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dc.contributor.advisorUmscheid, Arthur G.en_US
dc.contributor.authorFischer, Jerome Marie SSNDen_US
dc.date.accessioned2017-04-07T16:31:38Z
dc.date.available2017-04-07T16:31:38Z
dc.date.issued1967en_US
dc.identifier.urihttp://hdl.handle.net/10504/111611
dc.description.abstract1936 to 1939 were explosive years in Spanish history. For some time, social and economic forces complicated by clericalism, regionalism, isolationism, and idealism had been building up to a forceful climax. For two centuries the Spanish state had been corrupt and weak. When the State collapsed in 1808, an unreliable Army seized control. Thus began a struggle between the Army and an implacably conservative Church. After the latter lost its land in 1837, the Church's hold on the working classes diminished. As a result, the only stable and powerful political force was the common people.en_US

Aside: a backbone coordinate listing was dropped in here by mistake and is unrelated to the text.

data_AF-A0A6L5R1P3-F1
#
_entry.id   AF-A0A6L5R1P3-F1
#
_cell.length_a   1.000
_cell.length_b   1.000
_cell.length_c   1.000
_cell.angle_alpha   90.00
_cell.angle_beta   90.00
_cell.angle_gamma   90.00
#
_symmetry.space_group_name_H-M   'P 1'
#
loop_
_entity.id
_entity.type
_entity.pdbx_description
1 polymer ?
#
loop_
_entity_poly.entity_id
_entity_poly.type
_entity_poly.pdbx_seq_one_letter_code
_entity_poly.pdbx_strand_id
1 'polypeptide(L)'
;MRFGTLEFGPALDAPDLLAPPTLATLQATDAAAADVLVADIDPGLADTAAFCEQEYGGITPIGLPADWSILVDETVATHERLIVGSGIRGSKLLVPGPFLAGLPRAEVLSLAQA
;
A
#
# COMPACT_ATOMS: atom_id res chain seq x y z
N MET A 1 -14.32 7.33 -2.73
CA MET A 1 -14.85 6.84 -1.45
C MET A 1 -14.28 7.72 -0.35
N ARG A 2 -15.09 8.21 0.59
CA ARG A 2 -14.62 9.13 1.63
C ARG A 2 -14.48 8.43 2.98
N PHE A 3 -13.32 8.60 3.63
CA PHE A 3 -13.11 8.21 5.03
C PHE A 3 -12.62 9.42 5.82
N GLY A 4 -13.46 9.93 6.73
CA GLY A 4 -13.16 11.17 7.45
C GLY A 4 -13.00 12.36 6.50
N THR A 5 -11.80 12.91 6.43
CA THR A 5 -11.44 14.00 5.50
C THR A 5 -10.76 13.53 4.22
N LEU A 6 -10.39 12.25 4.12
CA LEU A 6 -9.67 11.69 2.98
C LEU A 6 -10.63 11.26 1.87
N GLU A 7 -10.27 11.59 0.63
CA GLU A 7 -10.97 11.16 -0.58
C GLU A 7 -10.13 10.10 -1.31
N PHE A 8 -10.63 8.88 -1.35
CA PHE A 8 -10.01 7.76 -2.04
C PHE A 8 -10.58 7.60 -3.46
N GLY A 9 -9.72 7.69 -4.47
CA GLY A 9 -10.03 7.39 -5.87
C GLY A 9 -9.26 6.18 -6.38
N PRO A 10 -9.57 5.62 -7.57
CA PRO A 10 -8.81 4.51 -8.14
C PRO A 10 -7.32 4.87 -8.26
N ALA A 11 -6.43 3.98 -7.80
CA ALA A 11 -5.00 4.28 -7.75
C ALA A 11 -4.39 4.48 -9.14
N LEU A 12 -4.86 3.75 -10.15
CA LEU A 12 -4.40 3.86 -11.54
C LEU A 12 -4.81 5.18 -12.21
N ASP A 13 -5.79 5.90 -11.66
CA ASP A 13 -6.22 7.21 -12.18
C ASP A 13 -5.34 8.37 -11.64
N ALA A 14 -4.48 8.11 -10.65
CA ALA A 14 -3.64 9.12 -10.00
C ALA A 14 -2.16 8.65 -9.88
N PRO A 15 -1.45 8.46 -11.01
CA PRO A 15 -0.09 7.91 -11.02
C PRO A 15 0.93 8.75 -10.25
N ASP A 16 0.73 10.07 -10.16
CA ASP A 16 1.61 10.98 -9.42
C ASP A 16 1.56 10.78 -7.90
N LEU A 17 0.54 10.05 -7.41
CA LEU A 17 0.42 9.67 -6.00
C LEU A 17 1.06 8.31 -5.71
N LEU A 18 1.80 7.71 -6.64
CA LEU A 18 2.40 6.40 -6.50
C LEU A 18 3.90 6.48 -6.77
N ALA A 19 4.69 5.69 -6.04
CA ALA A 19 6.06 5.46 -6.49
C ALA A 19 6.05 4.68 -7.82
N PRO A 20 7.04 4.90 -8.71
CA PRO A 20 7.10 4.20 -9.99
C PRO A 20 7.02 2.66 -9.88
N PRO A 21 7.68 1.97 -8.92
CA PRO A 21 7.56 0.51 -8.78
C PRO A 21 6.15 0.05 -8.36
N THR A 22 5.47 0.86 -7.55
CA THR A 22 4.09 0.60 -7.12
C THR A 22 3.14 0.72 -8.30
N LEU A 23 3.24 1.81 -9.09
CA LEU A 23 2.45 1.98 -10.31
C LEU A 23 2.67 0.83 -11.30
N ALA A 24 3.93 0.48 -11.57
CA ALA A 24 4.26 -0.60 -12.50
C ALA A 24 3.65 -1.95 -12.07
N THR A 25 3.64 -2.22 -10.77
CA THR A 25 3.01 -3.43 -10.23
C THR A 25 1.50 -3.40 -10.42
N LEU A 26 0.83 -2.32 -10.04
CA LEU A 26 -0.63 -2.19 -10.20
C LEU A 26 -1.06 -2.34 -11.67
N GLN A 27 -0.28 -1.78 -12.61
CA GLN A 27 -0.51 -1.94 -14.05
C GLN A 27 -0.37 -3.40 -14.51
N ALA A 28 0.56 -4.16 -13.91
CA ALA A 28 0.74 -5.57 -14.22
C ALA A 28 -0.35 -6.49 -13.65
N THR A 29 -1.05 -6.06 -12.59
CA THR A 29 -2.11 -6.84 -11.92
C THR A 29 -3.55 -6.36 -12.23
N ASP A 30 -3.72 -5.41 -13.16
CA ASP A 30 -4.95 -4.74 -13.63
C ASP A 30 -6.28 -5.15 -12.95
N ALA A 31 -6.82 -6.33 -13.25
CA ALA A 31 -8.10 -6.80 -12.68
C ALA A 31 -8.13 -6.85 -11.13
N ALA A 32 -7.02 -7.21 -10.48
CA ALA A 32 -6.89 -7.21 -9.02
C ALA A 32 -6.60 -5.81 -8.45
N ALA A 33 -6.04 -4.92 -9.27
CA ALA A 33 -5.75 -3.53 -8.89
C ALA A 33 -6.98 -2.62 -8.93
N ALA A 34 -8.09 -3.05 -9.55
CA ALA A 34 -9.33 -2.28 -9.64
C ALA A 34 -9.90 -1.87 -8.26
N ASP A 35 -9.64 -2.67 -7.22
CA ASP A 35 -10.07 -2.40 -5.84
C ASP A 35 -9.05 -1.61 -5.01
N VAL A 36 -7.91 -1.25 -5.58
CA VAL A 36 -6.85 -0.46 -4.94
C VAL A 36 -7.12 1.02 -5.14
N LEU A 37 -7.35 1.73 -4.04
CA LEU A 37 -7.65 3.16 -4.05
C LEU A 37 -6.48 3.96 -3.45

dc.language.isoen_USen_US
dc.publisherCreighton Universityen_US
dc.rightsA non-exclusive distribution right is granted to Creighton University and to ProQuest following the publishing model selected above.en_US
dc.titleThe London Committeeen_US
dc.typeThesis
dc.publisher.locationOmaha, Nebraskaen_US
dc.description.noteProQuest Traditional Publishing Optionen_US
dc.contributor.cuauthorFischer, Jerome Marie SSNDen_US
dc.degree.levelMA (Master of Arts)en_US
dc.degree.disciplineHistory (graduate program)en_US
dc.degree.nameM.A. in Historyen_US
dc.degree.grantorGraduate Schoolen_US


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